The clerk to parliament Jane Kibirige has opposed an application by Chris Ariko Obore, the director of communication and public affairs of parliament seeking a judicial review on the decision to terminate his services.
In her response to the application, Kibirige notes that she didn’t terminate Obore’s services but only brought to his attention, findings of the systematic investigations by the Inspectorate of Government concerning his recruitment.
In her March 5, 2019 letter to Obore, Kibirige noted that investigations by the Inspector General of Government established that his recruitment was founded on an illegality.
“The report concludes among others that the recruitment of the director, communication and public affairs was founded on an illegality as it was in contravention of the Parliamentary Service (Staff) Regulations, 2001," the letter reads in part.
Adding that; ”In view of that finding by the IGG and the same having been brought to our attention, it follows that your employment as Director CPA in the Parliamentary Commission is based on an illegality and out to be reviewed. In the circumstances, it is apparent that your services will have to be terminated accordingly on terms to be agreed upon."
As a result, Obore ran to court seeking an interim injunction to block the Parliamentary Commission from terminating his services, which was granted. On Tuesday, the lawyer for the Parliamentary Commission, Sitina Cherotich asked the High court Civil Division presided over by Justice Henrietta Wolayo to dismiss Obore’s application, saying it was baseless.
She based her argument in a sworn affidavit by the clerk to parliament, Jane Kibirige dated April 16, 2019, saying her letter to Obore was very clear.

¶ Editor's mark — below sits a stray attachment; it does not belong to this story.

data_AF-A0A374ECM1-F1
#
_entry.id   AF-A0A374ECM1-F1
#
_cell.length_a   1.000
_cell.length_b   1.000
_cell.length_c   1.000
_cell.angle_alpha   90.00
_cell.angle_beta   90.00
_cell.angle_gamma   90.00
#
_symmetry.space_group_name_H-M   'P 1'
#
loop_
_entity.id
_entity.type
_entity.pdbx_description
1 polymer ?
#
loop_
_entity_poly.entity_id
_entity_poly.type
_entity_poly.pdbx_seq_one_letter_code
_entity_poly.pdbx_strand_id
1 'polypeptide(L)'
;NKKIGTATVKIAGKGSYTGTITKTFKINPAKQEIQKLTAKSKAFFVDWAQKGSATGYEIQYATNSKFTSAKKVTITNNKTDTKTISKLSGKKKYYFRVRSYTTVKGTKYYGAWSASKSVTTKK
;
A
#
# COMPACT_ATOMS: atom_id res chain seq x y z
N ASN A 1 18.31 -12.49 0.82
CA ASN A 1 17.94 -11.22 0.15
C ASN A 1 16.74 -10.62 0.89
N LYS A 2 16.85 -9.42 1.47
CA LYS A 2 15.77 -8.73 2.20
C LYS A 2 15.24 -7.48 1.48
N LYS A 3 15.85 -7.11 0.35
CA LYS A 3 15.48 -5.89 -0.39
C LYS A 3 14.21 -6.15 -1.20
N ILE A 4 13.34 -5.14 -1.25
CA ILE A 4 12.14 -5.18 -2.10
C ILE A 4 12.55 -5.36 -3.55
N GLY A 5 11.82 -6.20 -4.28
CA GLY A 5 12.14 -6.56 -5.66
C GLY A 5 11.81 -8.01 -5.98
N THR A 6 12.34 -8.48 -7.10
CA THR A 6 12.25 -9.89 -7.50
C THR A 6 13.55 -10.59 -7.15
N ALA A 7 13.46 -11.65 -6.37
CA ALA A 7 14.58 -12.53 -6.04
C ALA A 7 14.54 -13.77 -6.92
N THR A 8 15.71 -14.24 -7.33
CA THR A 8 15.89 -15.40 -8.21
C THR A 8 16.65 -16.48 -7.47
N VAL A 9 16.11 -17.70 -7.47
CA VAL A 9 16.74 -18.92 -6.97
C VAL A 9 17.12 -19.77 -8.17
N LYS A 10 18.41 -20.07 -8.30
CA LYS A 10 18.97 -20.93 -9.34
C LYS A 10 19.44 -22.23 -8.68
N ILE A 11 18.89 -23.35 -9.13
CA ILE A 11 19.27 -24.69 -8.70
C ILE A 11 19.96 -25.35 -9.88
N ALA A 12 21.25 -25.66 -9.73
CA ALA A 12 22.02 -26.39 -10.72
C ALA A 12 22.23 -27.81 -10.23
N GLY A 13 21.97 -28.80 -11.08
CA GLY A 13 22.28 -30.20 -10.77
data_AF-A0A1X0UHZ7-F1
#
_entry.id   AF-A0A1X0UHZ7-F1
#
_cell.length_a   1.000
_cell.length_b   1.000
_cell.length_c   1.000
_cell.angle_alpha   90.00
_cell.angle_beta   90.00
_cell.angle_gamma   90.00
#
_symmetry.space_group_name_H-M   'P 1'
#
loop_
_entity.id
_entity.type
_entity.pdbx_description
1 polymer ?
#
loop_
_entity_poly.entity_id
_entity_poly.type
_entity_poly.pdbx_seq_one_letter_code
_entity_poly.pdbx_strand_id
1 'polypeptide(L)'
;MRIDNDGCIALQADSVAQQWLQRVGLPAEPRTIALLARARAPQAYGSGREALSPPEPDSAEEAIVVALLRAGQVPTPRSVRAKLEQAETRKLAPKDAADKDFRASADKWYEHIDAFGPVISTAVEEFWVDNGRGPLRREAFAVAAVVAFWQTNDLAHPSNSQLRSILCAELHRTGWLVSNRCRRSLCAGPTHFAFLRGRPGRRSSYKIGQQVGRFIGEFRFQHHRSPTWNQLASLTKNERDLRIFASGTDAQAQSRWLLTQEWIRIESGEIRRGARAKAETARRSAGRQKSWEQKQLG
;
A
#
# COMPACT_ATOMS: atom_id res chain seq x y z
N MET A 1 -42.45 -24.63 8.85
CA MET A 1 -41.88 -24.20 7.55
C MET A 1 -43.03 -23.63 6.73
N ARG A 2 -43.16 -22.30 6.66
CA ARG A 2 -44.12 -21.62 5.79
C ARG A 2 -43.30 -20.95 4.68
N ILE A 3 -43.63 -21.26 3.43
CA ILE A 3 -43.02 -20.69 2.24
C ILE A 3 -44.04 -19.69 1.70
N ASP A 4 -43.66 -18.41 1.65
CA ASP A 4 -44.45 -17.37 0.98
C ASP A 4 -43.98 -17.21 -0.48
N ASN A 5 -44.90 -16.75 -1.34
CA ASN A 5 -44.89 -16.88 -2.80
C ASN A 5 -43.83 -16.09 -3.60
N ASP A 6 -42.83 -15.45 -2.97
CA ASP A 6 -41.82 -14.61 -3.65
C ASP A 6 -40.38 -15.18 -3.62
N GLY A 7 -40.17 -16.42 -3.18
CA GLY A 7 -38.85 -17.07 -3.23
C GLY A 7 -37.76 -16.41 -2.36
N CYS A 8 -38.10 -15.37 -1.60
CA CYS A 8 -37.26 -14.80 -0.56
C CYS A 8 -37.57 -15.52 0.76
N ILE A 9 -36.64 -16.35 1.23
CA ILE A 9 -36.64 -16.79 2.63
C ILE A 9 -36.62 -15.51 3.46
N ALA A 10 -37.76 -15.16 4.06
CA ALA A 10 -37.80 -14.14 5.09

“The clerk to parliament cannot be faulted for communicating the likely consequences of the report by IGG," said Cherotich.
She said Obore has never even made a formal response to the letter save for petitioning court. Cherotich argued that Obore can’t seek a judicial review in the matter where no decision has been made.
Cherotich also noted that Obore didn’t present to court any evidence showing that there is a minute of the Parliamentary Commission where a decision was reached to terminate his services.
“My Lord the applicant says that he is still even working moreover after failing to reply to the letter. This application is premature and should be dismissed with costs," Cherotich told court.
However, Obore’s lawyer, Augustine Idoot, said according to their interpretation, Kibirige indeed terminated Obore’s services. He said that only thing that was left according to letter, is to discuss some issues like how his client would be paid gratuity.
Justice Wolayo adjourned the matter to June 19 when the main suit will be heard.
The Inspectorate of Government started investigating Obore’s recruitment after receiving information from a whistleblower that he didn’t meet the requirements for the job as advertised by parliament.
According to the 2015 advert by the Parliamentary Commission, the applicants for the job of director of CPA were expected to have a minimum of ten years’ experience in Public Service, degree in mass communication, communication studies, journalism or arts with communication and public relations and a master’s degree.
By the time Obore got the job in question, he had a bachelor’s degree of mass communication from Islamic University in Uganda and lacked the prerequisite experience since he had never worked in public service.